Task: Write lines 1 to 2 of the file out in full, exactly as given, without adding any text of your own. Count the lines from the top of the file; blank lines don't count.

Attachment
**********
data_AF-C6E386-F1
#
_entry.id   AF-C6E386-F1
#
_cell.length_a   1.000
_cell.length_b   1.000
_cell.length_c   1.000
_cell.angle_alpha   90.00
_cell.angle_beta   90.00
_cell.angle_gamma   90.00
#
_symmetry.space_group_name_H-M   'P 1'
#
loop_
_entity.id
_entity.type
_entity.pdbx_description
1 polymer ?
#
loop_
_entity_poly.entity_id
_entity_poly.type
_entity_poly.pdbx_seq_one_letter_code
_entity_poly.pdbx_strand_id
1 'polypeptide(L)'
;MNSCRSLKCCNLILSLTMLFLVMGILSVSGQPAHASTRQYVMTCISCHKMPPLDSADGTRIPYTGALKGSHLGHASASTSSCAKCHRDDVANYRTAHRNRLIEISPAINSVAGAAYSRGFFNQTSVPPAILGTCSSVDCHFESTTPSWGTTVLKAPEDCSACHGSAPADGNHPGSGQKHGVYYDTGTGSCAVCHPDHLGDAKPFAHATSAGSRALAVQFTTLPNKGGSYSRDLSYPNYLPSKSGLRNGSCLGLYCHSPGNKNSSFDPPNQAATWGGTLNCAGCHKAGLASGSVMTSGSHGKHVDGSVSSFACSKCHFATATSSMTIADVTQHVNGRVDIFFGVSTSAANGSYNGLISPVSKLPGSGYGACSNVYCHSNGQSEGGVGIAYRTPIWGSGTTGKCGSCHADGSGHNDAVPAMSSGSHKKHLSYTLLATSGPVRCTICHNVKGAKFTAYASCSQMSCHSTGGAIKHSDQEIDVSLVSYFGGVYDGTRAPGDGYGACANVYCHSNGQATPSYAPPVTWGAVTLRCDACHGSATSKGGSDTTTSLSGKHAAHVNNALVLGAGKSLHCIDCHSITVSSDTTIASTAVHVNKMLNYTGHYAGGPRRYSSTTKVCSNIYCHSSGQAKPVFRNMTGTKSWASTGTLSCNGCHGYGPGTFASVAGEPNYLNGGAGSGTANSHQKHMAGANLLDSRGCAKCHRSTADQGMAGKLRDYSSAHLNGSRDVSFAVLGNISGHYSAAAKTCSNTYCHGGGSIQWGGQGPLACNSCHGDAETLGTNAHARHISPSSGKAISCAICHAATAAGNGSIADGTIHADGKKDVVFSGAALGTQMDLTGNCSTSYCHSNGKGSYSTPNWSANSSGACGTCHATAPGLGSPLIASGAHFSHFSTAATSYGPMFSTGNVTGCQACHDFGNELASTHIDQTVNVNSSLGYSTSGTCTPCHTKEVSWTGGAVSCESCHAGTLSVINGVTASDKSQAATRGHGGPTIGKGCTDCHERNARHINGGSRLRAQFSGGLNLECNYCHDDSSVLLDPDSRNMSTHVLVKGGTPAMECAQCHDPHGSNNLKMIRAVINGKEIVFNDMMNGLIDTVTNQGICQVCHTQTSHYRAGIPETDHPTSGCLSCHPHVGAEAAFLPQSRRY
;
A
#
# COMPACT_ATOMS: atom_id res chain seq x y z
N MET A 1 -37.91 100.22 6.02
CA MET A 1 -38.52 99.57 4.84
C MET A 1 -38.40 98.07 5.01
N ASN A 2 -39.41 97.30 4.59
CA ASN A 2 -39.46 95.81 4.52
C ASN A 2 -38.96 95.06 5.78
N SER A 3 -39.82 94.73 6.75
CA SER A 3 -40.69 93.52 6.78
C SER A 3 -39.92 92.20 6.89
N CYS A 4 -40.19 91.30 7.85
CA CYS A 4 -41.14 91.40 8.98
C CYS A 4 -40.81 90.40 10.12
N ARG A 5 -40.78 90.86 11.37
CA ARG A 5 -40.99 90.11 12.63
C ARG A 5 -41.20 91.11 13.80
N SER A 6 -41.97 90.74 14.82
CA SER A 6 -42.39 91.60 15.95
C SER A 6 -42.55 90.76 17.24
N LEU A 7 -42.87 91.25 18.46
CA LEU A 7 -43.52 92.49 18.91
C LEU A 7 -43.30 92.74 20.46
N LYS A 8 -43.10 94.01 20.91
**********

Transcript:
data_AF-C6E386-F1
#